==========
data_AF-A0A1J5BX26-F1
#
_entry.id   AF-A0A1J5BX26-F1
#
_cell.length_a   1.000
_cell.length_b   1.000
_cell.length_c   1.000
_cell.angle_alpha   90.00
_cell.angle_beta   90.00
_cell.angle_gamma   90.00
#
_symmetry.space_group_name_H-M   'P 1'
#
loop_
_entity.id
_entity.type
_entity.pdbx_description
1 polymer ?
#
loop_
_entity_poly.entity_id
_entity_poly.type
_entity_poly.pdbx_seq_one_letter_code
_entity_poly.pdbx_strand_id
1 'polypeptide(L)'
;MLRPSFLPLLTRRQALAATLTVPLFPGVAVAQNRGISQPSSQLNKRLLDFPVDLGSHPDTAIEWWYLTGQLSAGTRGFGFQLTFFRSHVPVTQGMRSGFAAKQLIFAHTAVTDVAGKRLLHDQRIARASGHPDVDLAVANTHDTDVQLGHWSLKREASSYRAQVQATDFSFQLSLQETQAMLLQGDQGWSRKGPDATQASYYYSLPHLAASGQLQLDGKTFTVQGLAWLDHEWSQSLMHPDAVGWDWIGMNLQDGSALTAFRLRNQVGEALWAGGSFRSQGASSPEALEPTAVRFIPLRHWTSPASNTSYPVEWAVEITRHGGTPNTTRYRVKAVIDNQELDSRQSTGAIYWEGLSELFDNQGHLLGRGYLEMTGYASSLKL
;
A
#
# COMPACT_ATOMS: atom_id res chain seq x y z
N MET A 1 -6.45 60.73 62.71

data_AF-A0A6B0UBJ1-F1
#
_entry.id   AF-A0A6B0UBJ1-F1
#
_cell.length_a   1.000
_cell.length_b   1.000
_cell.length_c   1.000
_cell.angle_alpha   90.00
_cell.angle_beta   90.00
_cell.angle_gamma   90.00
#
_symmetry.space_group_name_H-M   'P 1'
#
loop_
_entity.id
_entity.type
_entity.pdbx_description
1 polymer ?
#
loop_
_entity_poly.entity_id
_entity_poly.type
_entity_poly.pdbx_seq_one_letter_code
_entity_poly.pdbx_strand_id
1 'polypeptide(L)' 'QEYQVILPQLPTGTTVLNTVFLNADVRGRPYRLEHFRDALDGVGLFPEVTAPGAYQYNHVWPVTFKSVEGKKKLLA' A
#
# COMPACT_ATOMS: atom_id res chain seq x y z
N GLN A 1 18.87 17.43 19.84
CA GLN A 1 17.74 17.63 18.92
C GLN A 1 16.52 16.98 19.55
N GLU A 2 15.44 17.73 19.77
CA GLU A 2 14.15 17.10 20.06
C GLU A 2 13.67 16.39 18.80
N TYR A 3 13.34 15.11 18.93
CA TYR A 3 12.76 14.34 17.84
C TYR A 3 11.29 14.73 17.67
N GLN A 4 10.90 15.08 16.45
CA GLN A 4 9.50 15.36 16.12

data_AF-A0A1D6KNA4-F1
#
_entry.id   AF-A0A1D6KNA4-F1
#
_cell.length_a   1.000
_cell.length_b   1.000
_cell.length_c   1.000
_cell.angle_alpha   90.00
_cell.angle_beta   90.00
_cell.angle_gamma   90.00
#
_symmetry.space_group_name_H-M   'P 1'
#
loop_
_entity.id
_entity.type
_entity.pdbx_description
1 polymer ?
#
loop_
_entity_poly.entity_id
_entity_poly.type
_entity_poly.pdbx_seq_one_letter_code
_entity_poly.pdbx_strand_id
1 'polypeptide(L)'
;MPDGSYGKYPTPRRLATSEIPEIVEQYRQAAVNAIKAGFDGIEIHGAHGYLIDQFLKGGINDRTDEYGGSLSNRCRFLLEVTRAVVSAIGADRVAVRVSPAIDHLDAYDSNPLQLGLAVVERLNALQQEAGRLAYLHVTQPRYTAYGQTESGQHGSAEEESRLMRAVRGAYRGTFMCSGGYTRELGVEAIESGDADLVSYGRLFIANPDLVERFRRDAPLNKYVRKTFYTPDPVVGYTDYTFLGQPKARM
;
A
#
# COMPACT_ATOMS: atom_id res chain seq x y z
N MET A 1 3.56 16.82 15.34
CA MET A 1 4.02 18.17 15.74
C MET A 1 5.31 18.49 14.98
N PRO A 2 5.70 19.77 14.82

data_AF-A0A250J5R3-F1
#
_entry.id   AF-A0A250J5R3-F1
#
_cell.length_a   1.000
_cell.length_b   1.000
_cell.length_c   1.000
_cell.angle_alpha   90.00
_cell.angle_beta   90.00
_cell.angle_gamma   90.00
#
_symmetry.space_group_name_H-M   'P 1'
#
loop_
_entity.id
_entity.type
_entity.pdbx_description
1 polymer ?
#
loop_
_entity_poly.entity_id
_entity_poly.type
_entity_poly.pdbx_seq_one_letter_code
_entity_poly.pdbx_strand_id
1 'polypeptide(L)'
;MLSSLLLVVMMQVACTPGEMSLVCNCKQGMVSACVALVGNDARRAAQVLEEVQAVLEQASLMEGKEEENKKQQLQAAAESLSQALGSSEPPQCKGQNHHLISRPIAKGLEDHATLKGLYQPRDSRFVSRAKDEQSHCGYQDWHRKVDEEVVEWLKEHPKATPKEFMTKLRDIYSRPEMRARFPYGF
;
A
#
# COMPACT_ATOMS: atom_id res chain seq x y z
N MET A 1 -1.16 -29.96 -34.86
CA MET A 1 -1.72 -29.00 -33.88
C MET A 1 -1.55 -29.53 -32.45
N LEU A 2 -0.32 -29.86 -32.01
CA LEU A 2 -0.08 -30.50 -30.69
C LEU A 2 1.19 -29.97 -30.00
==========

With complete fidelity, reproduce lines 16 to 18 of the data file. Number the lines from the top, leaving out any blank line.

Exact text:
_entity.type
_entity.pdbx_description
1 polymer ?